The Toronto Maple Leafs had one of the most prodigious rookie classes in recent history last season, but what happens once the fresh sheen comes off the kids? That’s what the team is wading through now, as some of those players try to wrest their way out of the dreaded “sophomore slump.”
The Leafs are one of the better teams in the East, so the problem is somewhat mitigated, but it is interesting to watch the dynamic play out. And it’s not across the board.
Auston Matthews, the franchise’s brightest star, has been as good or even better than he was during his Calder Trophy campaign, but No. 34 has also missed time due to an upper-body injury. The first time Matthews was out, Toronto didn’t miss a beat. During the second stretch, however, things have been tougher.
An 8-1 laugher against Carolina helped get a lot of players on the scoresheet, perhaps none more important than Mitch Marner. The incredibly talented right winger hadn’t popped in a goal since Nov. 11, but his four-point outburst against the Hurricanes certainly helped matters. He followed that up with another goal and some strong play in a loss to Columbus Wednesday night. Likewise, William Nylander smelled blood on Scott Darling and got his first goal of December in the win over the Canes.
“You can see the energy in their bodies,” said coach Mike Babcock. “If you’re a goal-scorer and you’re not scoring, it starts weighing on you.”
While Marner and Nylander have put up decent assist numbers so far, neither player is on pace to match their rookie outputs with the team. On the back end, Nikita Zaitsev has been less effective than he was in his first year. The absence of Matthews up front is one obvious excuse for the forwards, but other youngsters on the team are trucking along just fine.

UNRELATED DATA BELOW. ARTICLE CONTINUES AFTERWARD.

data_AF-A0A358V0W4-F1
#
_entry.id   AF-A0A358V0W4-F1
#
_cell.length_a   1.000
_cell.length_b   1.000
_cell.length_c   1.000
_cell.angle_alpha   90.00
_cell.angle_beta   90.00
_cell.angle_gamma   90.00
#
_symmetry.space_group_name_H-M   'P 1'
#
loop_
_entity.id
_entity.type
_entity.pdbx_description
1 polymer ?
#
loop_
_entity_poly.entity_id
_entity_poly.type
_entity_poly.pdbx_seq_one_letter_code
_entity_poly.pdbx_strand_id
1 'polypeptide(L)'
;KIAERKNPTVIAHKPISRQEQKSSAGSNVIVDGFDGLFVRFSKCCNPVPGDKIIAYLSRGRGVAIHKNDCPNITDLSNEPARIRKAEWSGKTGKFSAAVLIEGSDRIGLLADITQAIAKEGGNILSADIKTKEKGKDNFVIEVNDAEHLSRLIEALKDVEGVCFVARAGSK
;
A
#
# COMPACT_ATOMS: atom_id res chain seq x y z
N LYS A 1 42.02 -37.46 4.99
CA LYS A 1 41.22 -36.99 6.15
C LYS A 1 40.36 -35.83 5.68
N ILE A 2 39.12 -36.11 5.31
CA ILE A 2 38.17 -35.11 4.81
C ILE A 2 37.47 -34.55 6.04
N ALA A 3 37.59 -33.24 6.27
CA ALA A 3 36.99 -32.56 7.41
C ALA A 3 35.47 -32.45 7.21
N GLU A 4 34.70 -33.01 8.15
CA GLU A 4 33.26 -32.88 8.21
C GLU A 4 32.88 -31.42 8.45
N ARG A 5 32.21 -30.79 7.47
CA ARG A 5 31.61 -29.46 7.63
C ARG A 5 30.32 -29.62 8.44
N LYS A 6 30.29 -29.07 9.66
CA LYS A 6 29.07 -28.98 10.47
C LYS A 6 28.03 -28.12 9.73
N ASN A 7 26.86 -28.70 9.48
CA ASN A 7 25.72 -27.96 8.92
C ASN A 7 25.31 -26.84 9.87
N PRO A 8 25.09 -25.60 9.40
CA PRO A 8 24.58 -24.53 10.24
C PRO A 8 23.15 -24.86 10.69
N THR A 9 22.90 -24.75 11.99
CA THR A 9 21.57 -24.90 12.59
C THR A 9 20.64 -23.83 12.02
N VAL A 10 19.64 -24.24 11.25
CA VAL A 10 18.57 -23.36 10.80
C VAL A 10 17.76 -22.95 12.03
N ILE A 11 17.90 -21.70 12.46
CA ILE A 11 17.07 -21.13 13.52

Connor Brown, for example, is on pace for another 20-goal season while playing solid two-way minutes. And Zach Hyman is putting up points and killing penalties just like last year. His antidote for the sophomore slump?
“I don’t know if you can prepare against it,” Hyman said. “I’m a little older than the other rookies from last year and I go in with the same mentality: work as hard you can, do what you do right and good things will happen.”
The Leafs got nearly half of their goals from rookies last season and having so many (anywhere from seven to nine on a given night) was both exhilarating and nurturing.
“Last year it was really helpful having everyone come up together,” Hyman said. “Because everyone was going through the same thing.”
Now, they can support each other through the tough times because, again, they’re all in the same boat. For Marner, that means keeping things light off the ice, even when the goals aren’t coming. It really helped having three days off between a loss to Detroit and the win over Carolina.
“I’m always usually joking around and having fun,” Marner said. “That’s just the way I’ve grown up. The guys in this room, we all have that in us. We keep it light and joke with each other a lot. Those days off definitely made us feel better and calmed us down.”
But there is still work to do if everyone is going to get back on track.
One thing lacking this season has been line consistency. Babcock is usually pretty dogmatic about his combos, but stretches of ennui (and injuries) have seen him deviate. Zaitsev, who is hurt right now, has spent most of his minutes with Jake Gardiner this year – last season he spent the majority of his time with Morgan Rielly. Marner has bounced around a lot this season, but lately he has been back with Tyler Bozak and James van Riemsdyk, his usual linemates.
“We had a lot of bounces that didn’t go our way,” Marner said. “It’s nice to get a couple and have those chances come back to you and not bounce off your stick. Hopefully it builds from here.”
Toronto faced very little adversity last year and luck was bound to catch up to the club. Now, it’s up to the players to figure out how to get to that next level even when things aren’t going so smoothly.